OFTEC urges protection against liability

OFTEC urges protection against liability

OFTEC is urging technicians to make sure they fully understand UK regulations covering contracts made with customers and to put measures in place to protect their business from liability – and potential financial loss.

The Consumer Contracts (Information, Cancellation and Additional Charges) Regulations 2013 came into force on 13 June 2014 and involve contracts made between a trader and a consumer. All technicians who provide quotes, estimates and contracts of work on a householder’s property will be affected. However, the regulations do not cover trader to trader contracts or those with a value under £35.

A key requirement of the regulations is that technicians must provide consumers with certain information in straightforward language. This includes the main characteristics of the goods/services provided; total price; payment arrangements; the time frame of the job and the complaints procedure. The amount of information required is reduced for any repair or maintenance work which is requested immediately, and the price of which is no more than £170.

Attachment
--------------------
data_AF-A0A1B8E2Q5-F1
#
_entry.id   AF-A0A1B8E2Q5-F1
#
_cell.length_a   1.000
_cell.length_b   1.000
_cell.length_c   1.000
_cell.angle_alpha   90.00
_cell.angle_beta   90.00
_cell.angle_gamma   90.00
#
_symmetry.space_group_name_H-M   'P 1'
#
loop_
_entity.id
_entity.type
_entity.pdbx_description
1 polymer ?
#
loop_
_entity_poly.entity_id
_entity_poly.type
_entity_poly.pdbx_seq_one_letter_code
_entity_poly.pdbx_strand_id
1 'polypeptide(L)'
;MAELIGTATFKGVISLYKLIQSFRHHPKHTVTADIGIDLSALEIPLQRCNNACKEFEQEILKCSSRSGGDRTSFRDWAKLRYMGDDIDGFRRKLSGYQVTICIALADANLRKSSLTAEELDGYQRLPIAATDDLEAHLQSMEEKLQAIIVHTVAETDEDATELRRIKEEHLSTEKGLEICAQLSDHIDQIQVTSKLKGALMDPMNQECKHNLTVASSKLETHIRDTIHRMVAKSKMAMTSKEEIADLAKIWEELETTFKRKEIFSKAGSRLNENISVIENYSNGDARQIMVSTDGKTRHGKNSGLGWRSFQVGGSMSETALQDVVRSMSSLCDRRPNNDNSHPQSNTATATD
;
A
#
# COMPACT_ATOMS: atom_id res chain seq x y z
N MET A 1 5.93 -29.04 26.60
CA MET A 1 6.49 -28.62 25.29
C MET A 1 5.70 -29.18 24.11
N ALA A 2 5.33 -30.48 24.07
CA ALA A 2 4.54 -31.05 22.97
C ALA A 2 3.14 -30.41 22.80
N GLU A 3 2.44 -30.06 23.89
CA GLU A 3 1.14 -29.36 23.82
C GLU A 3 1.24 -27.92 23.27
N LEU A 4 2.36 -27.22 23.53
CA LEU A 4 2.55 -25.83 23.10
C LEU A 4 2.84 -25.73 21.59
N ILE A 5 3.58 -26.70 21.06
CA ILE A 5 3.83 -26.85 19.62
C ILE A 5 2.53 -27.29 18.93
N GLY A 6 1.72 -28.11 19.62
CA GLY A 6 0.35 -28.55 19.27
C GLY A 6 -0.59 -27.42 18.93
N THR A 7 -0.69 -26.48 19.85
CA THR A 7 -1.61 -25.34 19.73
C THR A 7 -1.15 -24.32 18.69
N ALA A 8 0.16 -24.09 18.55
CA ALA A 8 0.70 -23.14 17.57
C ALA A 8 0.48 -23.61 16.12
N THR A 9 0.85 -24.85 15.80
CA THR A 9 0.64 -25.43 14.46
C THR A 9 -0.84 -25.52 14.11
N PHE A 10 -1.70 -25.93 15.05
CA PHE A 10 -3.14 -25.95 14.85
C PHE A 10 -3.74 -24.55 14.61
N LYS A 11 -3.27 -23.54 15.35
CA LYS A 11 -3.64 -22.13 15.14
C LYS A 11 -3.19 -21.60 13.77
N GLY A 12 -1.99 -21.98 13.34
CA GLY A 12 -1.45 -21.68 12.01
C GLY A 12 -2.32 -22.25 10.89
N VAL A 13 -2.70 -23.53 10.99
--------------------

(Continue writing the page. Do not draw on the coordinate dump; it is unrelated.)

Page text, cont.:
Under the regulations, technicians must also let the customer know in writing they have the right to cancel the contract within 14 days. This ‘notice of the right to cancellation’ applies whether the contract is agreed verbally or in writing. However, this doesn’t apply if the customer has ordered something to be made up to their own specification or if they have requested urgent repair or maintenance work.

It is sufficient for a consumer to clearly state they wish to cancel the contract and providing this is done, customers are entitled to a full refund, whether that’s a deposit or the full balance paid. If a technician fails to notify the consumer about their cancellation rights, they run the risk of the cancellation period being extended from 14 days to 12 months.

For contracts where work or services start within 14 days, technicians must get written authorisation from the customer to start. The notice should also state that the customer must pay a reasonable amount for goods and services provided before any cancellation.

OFTEC technical manager Matthew Northcott comments: “OFTEC regularly hears cases of technicians purchasing equipment or even starting work on the basis of a verbal agreement, only for the customer to back out, leaving them significantly out of pocket. Unfortunately it is often only after getting their fingers burnt as a result of not agreeing an effective contract of work, that technicians realise the importance of this area.”

OFTEC’s ‘Contracts of Work’ Technical Notice 015 can be found at

Related posts